One day, he went on an absolute rampage, again with no warning, hurling mugs and glasses around the kitchen. I grabbed the 2 younger boys and fled to the shed where we locked ourselves in. 20 minutes later I nervously returned to the house to find complete carnage, shattered glass everywhere and Happy Chin bleeding from his hand where he had punched yet another window. He would not allow me to treat it, so I spent the rest of the afternoon sweeping up broken glass and wiping spots of blood off the floor where he had dripped it. I think I cried for about 3 hours. The younger children were told to return to their rooms and lock their doors.

Our younger boys lived in a state of lock down for 3 years. We received 3 nights a fortnight of respite.  The boys became very withdrawn and the Lamington, with his mild autism, struggled a great deal socially and mentally. One day I found Tech Support lying in the foetal position under his desk sobbing his heart out. He would not tell me what was wrong (afterwards he told me that growing up, he hadn’t wanted to add to our anxiety, so kept his own struggles to himself).

Happy Chin was always sorry afterwards, but I grew to hate my own son. More than once I struck him. “I hate you!” I would shout, with my hands wrapped round his throat. I fantasised about placing a pillow over his head and pushing. Luckily I was always able to restrain myself, or at least to walk away. Even walking away was sometimes impossible, as I couldn’t leave the younger children unprotected. I knew how dangerous it was for me to remain in a room with a child I was ready to harm, but what could I do? What must it be like for someone without any support, a single parent living in an isolated place? Or someone struggling with mental illness themselves?

The violence in our family just grew. A violent response to violence is a hopeless way to proceed. We knew it. You can’t hope to teach a child not to hit if you are hitting the child. But we were pushed way beyond our limits so often. Happy Chin slept only a few hours a night. We took it in turns to sleep on the couch to ensure he didn’t wander into his brothers’ rooms and wake them as he wandered around the house. He frequently would not sleep at all. We were both holding down daytime jobs (just), struggling to bring income into the house, all the while paying for constant breakages.  Desperate, we sought a group home for Happy Chin. We were at the top of a priority waiting list for 18 months. One worker told me privately that if we were truly at the end of our tether, our best bet was to ‘dump him’ in respite, simply drop him off and never come back.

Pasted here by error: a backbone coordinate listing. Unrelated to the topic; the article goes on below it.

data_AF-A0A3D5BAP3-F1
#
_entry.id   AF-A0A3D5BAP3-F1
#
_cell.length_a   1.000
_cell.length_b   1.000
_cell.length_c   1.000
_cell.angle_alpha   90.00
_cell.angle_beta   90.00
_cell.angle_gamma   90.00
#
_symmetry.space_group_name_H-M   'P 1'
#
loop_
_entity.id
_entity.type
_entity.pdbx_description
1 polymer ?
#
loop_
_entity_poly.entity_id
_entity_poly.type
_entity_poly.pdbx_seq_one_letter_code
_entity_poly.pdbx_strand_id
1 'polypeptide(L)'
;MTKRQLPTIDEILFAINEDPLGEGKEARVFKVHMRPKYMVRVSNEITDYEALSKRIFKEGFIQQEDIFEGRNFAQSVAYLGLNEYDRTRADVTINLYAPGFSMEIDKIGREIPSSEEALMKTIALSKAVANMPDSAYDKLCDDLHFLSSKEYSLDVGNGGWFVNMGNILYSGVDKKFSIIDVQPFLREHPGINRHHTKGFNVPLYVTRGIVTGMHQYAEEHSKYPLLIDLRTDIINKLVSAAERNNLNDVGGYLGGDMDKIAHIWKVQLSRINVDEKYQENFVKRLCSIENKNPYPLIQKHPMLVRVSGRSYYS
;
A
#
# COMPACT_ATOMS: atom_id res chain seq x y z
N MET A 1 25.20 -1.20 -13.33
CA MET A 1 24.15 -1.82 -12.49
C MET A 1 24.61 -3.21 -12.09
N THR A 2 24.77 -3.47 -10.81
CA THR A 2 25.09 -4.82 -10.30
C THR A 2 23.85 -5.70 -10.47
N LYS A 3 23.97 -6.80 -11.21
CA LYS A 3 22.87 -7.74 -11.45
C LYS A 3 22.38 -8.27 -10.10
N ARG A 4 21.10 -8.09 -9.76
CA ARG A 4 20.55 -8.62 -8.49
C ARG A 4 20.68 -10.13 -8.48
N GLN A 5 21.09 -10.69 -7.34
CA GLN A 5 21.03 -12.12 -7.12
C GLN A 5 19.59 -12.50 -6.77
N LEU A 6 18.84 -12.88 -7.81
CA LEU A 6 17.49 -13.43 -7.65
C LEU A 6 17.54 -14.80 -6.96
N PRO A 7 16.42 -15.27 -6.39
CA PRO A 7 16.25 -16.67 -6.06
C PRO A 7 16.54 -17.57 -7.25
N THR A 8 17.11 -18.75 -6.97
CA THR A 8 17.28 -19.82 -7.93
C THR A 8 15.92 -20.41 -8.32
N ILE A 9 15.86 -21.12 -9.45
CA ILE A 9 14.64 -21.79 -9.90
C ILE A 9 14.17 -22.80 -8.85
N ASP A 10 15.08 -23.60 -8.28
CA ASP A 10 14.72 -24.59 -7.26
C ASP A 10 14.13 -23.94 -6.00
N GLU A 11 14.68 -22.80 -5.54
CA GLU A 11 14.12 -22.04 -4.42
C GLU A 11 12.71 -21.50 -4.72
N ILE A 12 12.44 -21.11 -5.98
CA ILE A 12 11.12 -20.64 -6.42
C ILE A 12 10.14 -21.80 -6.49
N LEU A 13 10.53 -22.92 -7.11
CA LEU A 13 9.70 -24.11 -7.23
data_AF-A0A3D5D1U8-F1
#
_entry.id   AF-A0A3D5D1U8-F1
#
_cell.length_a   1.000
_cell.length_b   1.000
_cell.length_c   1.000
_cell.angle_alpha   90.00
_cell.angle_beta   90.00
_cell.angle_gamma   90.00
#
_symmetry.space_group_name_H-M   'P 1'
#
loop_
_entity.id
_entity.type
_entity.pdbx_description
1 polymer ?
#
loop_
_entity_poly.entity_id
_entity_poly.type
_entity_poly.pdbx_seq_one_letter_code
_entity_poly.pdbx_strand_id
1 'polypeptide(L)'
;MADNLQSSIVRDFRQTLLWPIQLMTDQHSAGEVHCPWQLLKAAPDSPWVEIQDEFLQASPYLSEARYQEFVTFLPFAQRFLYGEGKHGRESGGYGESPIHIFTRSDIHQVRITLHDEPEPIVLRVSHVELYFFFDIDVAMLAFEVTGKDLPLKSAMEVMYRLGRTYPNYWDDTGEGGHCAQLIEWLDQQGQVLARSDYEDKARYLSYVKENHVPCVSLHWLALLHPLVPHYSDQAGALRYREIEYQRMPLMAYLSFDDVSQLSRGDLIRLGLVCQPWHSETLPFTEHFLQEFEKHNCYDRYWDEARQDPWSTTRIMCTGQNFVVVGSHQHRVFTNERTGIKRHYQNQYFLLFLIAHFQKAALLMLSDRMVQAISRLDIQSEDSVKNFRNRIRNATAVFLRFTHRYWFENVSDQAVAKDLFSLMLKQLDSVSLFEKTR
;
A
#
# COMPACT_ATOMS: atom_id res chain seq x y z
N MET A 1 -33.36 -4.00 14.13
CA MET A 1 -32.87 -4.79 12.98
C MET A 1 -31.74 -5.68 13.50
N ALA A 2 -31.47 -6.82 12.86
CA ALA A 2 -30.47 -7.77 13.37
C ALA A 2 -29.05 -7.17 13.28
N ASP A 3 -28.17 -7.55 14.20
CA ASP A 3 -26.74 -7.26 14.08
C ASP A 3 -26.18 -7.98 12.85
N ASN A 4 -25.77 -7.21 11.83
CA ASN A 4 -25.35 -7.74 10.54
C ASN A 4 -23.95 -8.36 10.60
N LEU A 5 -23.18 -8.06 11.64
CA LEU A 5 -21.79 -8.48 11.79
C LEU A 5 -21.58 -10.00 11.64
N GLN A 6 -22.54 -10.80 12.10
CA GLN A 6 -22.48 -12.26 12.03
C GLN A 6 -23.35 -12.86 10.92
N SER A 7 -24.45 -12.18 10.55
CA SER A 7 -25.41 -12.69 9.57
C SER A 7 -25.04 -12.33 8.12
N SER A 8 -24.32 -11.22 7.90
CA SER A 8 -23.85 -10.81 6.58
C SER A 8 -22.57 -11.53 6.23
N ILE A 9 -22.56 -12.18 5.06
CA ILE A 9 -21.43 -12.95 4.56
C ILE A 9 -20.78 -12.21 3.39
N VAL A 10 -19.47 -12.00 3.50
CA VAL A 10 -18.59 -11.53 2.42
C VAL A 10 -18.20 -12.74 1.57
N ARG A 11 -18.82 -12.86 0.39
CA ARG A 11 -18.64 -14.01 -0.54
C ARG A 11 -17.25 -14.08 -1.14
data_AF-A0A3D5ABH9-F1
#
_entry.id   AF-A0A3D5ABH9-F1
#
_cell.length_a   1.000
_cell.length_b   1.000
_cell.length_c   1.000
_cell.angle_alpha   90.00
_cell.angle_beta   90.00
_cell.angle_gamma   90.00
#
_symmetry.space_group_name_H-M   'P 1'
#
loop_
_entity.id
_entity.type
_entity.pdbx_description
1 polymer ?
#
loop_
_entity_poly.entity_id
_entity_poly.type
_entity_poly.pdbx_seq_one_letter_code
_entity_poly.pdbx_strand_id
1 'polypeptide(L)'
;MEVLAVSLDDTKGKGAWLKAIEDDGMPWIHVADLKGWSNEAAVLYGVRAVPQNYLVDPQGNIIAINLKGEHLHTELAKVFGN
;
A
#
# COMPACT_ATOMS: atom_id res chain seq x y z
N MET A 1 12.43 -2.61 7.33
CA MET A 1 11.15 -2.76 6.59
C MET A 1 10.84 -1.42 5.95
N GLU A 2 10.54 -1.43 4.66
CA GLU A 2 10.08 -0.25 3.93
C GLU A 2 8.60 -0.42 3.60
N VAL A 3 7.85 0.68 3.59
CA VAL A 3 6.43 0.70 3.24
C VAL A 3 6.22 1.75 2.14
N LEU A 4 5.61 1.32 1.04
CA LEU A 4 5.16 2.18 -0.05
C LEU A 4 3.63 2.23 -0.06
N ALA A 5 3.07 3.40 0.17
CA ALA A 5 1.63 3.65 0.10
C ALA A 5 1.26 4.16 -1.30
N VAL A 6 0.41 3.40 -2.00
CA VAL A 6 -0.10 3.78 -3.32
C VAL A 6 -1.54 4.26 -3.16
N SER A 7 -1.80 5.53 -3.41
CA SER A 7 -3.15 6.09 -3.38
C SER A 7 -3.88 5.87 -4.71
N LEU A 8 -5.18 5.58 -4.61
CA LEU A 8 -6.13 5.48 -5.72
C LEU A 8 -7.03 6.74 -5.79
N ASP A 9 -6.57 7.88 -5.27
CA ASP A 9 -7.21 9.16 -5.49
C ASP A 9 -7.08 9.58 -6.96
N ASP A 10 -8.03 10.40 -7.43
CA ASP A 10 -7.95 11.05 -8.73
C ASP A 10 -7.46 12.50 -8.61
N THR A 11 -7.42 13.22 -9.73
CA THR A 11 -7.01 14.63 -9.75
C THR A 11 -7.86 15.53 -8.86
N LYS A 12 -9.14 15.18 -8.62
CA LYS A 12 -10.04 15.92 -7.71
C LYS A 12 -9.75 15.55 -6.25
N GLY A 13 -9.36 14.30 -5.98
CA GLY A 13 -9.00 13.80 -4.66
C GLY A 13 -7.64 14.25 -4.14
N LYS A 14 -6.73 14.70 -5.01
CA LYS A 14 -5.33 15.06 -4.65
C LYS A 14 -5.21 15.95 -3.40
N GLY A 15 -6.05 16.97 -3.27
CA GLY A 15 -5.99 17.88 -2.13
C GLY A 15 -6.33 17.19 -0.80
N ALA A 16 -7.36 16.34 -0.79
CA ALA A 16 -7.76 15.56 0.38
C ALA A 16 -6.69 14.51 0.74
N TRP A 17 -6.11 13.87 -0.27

We just couldn’t bring ourselves to do it. We were so worried about our other boys, but we couldn’t abandon our child, however ambivalent our feelings towards him had become. We just soldiered on, I would wear long sleeves right through summer so no one could see the bleeding, use makeup to cover the bruises, smile and try to be brave. After all, what could I tell people? “My son blacked my eye. But you mustn’t condemn him, he has a disability and can’t help it.” I did eventually steel myself to confide in workmates, braving the appalled looks on their faces. I didn’t really want sympathy, I wanted to forget all about home and use work as my respite. However, when you’ve been crying all the way to work and walk in 10 minutes late with puffy eyes and bleeding hands, even the most unobservant person will eventually twig that something is going on. And I had to fess up in case they thought it was Mr August doing the damage! Mr August, being a gardener, could explain the scratched and bruised arms by lying that he’d been pruning rose bushes.